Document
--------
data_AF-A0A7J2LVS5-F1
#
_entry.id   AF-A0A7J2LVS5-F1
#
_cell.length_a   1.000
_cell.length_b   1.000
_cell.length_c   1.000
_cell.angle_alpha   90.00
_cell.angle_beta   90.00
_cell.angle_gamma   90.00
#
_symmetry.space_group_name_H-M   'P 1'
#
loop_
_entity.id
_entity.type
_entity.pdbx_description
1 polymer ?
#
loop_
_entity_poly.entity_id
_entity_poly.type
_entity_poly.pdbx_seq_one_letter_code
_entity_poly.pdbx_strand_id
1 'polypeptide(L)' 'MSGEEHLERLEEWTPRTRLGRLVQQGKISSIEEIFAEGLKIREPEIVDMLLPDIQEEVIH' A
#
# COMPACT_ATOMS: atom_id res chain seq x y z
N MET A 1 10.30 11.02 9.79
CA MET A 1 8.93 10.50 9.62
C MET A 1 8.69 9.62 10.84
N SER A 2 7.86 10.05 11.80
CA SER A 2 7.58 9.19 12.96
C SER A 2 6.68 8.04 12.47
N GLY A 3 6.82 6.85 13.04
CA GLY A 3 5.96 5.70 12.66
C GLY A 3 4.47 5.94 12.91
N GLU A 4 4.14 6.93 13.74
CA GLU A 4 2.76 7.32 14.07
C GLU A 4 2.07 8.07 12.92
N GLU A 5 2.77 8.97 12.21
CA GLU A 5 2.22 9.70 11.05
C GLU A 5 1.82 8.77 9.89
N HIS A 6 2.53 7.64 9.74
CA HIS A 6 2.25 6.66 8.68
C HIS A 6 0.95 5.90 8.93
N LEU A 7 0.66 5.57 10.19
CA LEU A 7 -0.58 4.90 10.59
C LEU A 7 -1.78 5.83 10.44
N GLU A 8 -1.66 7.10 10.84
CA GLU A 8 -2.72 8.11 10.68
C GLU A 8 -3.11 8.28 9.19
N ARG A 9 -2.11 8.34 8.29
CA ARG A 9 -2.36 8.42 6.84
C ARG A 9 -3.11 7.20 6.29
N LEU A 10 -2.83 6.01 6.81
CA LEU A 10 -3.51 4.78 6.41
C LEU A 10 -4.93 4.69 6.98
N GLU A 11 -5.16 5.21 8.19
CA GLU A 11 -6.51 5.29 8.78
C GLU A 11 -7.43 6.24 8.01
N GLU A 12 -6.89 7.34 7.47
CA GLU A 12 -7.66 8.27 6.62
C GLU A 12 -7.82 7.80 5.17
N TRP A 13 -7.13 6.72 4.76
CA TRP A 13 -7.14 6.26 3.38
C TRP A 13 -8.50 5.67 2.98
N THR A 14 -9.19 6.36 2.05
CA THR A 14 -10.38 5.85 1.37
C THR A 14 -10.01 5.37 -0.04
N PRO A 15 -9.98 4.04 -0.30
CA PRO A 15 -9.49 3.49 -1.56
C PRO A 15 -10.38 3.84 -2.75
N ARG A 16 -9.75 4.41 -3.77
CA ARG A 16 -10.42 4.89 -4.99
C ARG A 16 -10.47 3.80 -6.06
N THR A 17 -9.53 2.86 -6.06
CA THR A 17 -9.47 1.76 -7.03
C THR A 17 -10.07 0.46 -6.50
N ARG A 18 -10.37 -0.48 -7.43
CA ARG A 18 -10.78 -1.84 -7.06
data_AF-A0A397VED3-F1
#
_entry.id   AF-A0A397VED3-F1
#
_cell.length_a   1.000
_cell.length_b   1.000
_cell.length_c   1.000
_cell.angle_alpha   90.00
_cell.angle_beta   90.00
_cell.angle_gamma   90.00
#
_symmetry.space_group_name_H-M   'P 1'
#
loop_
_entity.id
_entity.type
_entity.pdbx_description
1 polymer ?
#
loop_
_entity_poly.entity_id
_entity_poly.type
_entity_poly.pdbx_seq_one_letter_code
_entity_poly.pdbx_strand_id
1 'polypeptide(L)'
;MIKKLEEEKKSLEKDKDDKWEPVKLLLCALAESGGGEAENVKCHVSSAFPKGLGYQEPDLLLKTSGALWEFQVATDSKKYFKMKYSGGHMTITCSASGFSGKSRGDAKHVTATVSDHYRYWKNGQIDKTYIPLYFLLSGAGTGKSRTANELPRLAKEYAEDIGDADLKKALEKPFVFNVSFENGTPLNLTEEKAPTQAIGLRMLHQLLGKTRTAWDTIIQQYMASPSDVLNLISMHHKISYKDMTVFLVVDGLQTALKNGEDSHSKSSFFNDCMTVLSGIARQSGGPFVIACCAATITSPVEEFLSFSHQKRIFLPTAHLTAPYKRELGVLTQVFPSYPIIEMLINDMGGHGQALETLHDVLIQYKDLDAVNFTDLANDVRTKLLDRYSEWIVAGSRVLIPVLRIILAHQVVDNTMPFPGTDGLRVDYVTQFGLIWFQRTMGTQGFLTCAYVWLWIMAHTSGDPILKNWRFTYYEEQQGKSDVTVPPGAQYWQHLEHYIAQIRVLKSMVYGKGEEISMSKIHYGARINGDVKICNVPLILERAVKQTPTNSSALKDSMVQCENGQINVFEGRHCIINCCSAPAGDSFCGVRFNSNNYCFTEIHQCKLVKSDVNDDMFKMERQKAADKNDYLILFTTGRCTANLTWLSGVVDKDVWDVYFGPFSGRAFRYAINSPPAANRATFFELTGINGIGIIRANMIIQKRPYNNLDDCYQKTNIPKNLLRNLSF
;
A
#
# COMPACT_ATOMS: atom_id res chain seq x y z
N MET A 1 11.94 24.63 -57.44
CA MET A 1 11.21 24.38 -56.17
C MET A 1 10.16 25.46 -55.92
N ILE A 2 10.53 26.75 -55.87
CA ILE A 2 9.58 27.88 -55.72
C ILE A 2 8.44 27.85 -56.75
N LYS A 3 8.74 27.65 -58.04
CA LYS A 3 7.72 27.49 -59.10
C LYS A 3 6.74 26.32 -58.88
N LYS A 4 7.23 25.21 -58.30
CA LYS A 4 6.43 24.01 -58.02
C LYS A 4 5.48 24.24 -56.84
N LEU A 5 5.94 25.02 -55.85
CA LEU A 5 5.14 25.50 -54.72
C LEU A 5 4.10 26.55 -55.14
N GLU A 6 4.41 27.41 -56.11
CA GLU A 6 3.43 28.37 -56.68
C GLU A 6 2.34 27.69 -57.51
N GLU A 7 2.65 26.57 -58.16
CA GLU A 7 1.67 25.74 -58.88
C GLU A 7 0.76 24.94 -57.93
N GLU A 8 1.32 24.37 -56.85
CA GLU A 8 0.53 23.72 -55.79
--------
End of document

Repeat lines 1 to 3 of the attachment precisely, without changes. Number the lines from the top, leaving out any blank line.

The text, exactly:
data_AF-A0A7J2LVS5-F1
#
_entry.id   AF-A0A7J2LVS5-F1